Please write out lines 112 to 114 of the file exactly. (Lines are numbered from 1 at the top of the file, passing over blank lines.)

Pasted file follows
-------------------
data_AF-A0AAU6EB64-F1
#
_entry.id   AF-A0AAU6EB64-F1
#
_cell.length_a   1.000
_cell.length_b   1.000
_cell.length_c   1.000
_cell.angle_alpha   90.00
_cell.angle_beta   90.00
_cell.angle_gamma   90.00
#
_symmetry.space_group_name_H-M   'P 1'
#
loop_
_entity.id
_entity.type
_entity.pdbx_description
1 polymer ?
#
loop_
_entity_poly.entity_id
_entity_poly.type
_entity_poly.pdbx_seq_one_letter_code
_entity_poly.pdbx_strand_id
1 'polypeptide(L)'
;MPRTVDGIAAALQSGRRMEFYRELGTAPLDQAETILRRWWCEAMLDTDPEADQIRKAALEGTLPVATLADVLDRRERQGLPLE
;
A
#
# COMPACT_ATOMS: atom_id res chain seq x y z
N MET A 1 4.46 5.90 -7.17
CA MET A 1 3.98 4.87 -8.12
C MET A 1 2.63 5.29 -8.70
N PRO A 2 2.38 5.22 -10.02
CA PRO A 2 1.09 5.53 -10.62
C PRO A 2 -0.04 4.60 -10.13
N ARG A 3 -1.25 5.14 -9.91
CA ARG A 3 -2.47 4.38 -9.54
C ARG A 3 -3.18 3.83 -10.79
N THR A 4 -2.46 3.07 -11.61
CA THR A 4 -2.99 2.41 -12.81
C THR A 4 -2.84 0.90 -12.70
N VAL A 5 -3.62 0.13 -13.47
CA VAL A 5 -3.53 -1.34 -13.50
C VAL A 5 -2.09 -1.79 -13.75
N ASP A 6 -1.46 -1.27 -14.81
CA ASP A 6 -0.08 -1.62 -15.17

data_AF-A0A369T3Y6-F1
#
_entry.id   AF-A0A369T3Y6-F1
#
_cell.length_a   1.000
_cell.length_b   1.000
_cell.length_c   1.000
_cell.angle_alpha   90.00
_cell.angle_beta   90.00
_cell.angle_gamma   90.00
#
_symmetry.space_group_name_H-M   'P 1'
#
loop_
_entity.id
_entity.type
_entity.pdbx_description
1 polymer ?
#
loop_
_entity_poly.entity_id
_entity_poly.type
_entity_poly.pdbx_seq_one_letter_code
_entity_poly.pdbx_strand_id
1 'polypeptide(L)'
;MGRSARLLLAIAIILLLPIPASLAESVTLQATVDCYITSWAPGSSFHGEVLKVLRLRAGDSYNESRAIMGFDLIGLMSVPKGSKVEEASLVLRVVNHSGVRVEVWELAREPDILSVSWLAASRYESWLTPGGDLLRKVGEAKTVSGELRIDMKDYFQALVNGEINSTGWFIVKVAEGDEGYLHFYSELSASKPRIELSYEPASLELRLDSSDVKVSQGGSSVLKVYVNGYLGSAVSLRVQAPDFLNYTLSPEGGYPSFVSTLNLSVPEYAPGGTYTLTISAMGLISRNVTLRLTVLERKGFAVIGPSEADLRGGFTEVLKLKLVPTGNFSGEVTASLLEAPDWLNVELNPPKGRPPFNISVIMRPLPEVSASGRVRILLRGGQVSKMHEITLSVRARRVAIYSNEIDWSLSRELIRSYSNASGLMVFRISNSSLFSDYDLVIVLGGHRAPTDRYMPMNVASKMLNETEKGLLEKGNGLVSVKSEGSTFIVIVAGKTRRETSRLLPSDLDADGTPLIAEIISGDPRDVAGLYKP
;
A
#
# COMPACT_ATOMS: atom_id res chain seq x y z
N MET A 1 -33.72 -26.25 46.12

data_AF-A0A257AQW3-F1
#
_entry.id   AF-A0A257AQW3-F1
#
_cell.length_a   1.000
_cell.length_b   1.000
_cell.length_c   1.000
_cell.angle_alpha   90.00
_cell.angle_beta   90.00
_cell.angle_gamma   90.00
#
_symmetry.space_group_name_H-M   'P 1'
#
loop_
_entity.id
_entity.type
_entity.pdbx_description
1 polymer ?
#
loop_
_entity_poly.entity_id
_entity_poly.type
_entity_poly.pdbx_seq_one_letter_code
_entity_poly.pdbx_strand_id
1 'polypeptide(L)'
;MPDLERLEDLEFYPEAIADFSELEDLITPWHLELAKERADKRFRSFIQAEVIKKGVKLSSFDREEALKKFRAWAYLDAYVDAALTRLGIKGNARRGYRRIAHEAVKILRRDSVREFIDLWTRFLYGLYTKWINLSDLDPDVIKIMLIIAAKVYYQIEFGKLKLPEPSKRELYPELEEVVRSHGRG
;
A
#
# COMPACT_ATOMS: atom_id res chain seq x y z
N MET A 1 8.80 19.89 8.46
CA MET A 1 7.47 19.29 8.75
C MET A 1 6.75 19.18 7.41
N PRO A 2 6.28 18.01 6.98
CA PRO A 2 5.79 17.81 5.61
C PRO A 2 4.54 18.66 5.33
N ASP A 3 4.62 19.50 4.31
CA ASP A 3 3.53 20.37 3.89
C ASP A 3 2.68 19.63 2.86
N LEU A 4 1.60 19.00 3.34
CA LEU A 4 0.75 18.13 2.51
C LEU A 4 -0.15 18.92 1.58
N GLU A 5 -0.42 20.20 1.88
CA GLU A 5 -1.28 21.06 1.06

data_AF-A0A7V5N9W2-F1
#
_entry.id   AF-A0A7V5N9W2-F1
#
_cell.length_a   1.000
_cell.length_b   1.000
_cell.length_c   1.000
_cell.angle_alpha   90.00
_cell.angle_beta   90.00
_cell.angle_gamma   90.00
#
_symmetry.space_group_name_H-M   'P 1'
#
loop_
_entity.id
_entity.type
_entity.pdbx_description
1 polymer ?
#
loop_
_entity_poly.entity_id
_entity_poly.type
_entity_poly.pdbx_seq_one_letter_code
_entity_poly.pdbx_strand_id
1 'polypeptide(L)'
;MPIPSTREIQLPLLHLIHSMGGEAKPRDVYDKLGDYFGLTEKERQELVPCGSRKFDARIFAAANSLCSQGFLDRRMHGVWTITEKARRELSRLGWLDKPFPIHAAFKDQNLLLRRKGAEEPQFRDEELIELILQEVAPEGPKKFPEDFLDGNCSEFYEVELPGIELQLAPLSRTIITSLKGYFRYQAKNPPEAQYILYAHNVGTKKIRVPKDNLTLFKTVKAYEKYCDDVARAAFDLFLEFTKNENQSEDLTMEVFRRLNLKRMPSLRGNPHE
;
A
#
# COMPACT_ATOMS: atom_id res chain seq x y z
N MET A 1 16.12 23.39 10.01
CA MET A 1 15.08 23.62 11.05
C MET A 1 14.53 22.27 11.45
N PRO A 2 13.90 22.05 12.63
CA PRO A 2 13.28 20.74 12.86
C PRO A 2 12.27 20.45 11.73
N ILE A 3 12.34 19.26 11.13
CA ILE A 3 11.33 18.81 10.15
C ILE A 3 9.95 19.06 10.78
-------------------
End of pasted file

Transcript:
N PRO A 2 6.28 18.01 6.98
CA PRO A 2 5.79 17.81 5.61
C PRO A 2 4.54 18.66 5.33